Interaction with alternatively secured pensions: restriction of nil rate band on recapture charge
When a recapture charge arises under IHTA84/S151B(1), the nil rate band to be used is that which applies at the date of the recapture charge IHTA84/S151BA(5). But that nil rate band must be reduced by the “used-up” percentage specified in IHTA84/S151BA(6). The restriction works to scale back any increase in the nil rate band that has occurred since the scheme member’s death so that only the unused portion of the nil rate band is uprated by that increase.
Example from IHTM43048 continued
The restriction reduces the nil rate band applicable on Helen’s death by the ‘used-up’ percentage of the difference between the nil rate band maximum at the occasion of charge - her death - (£325,000) and the nil rate band maximum in force at the date of Jason’s death (£300,000). That is £25,000.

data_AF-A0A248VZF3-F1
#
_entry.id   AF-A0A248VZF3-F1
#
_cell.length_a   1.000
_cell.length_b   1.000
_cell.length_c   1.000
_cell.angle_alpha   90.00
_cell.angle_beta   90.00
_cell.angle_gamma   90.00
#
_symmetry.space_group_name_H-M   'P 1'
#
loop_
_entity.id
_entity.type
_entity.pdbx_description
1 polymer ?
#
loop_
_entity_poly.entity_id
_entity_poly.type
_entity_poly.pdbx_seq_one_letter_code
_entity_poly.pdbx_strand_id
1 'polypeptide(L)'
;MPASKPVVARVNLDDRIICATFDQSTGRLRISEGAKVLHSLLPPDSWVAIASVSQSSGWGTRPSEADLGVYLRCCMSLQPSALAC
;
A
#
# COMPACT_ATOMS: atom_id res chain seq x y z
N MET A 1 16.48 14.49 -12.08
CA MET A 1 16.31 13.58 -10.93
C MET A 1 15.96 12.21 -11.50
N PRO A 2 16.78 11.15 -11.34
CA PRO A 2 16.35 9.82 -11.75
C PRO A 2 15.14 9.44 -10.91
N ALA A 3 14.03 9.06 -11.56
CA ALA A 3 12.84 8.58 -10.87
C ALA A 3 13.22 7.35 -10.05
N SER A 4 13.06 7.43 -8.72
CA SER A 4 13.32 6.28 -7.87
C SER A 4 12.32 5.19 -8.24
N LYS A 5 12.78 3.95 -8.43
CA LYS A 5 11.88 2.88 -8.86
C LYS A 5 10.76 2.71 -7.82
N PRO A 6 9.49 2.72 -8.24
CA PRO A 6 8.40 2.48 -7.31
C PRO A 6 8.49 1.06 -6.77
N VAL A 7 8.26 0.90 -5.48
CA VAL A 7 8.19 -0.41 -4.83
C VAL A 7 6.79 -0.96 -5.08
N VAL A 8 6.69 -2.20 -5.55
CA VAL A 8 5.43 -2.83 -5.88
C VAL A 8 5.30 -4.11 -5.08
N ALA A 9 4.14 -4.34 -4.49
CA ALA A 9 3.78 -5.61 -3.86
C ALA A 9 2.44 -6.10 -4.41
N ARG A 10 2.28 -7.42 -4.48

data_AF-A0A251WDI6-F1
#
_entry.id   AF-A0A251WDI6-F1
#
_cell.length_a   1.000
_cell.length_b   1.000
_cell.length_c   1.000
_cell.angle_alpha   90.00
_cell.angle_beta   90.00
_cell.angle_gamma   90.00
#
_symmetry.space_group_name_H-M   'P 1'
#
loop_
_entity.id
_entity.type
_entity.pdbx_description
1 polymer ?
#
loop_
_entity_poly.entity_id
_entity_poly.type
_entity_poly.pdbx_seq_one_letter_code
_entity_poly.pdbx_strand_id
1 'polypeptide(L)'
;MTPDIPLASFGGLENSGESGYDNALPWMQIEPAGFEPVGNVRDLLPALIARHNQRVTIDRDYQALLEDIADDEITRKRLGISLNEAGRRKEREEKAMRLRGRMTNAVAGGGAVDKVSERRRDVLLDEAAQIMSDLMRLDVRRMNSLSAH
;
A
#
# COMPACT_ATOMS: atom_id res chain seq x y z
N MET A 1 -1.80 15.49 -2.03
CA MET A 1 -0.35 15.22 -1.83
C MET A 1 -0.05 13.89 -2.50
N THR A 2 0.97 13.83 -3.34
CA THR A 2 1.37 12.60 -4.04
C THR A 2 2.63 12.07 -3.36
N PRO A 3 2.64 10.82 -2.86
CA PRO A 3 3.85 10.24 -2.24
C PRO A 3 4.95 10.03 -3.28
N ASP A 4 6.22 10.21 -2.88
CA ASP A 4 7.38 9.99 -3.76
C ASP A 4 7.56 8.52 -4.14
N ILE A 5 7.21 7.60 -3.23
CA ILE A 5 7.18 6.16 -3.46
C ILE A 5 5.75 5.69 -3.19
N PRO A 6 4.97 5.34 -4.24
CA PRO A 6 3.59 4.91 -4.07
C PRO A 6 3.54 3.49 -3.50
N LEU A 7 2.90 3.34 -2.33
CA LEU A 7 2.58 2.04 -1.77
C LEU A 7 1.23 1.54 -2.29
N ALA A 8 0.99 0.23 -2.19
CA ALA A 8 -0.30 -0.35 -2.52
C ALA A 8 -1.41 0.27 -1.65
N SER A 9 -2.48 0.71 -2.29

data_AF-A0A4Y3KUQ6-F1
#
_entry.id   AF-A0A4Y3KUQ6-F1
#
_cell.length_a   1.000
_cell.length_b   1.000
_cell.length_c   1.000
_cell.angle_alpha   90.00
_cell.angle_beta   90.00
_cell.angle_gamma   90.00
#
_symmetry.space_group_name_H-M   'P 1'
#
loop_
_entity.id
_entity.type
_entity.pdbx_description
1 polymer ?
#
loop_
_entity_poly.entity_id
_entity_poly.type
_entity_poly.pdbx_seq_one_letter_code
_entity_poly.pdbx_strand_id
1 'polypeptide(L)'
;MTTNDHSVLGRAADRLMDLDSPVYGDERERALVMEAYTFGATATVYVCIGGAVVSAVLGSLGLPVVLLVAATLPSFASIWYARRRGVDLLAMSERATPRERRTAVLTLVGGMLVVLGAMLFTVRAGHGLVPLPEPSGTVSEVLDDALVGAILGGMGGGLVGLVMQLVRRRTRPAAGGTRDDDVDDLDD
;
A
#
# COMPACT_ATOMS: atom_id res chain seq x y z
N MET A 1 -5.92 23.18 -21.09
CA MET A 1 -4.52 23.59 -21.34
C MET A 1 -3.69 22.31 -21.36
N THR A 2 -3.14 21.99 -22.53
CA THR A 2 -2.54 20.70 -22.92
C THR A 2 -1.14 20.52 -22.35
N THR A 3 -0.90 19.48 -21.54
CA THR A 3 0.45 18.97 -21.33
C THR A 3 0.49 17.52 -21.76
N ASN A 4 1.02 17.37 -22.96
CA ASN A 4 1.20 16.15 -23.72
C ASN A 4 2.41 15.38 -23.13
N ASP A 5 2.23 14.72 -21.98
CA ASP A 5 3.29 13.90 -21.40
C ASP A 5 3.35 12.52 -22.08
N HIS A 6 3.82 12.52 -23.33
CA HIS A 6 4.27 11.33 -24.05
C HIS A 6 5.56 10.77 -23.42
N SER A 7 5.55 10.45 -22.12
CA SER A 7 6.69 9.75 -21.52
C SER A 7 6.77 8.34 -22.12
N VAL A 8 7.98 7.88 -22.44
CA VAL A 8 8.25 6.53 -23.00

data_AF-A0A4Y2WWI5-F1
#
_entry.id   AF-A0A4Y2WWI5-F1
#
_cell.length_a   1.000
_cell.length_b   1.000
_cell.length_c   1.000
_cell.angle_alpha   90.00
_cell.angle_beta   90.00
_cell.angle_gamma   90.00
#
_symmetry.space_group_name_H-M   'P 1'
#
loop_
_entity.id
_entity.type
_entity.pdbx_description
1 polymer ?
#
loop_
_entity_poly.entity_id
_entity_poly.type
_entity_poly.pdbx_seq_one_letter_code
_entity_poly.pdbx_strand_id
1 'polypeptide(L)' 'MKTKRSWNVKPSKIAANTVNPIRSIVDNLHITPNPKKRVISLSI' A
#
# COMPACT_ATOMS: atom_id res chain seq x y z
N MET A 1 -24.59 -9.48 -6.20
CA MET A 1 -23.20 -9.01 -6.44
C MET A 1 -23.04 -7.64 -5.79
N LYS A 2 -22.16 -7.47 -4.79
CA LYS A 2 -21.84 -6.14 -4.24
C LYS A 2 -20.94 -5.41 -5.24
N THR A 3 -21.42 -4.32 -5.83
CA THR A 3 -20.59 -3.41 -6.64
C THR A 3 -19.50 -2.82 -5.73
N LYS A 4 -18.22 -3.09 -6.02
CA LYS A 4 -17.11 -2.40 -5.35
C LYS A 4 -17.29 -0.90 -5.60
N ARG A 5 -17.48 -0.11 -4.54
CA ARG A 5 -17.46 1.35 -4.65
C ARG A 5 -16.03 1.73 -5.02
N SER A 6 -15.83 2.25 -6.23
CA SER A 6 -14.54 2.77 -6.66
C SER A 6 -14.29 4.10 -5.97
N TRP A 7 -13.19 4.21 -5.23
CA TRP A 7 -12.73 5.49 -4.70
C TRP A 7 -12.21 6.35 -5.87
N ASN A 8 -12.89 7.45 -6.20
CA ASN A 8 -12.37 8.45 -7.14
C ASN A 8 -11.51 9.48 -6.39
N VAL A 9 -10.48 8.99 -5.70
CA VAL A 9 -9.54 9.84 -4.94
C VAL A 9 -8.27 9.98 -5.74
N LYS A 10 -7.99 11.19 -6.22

The calculation for the ‘used-up’ percentage set out in IHTA84/S151BA(7) as
100 - ((E ÷ NRBM) x 100)
- E has the same meaning as IHTA84/S8A(4) as at Jason’s death,
- NRBM is the nil rate band maximum also at Jason’s death.
So, in this example, the calculation is
100 - ((120,000 ÷ 300,000) x 100) = 60%
So the “used-up” percentage of the difference between the nil rate bands is therefore
£25,000 x 60% or £15,000.
So the nil rate band that applies to the tax charge on the ASP is reduced from £350,000 to £320,000.
Note that this stage in the calculation applies no matter who the relevant dependant was. The use of the definition in IHTA84/S8A(4) does not limit these calculations to cases where TNRB is in point, it simply draws on an identical definition for convenience.
The example continues at IHTM43050.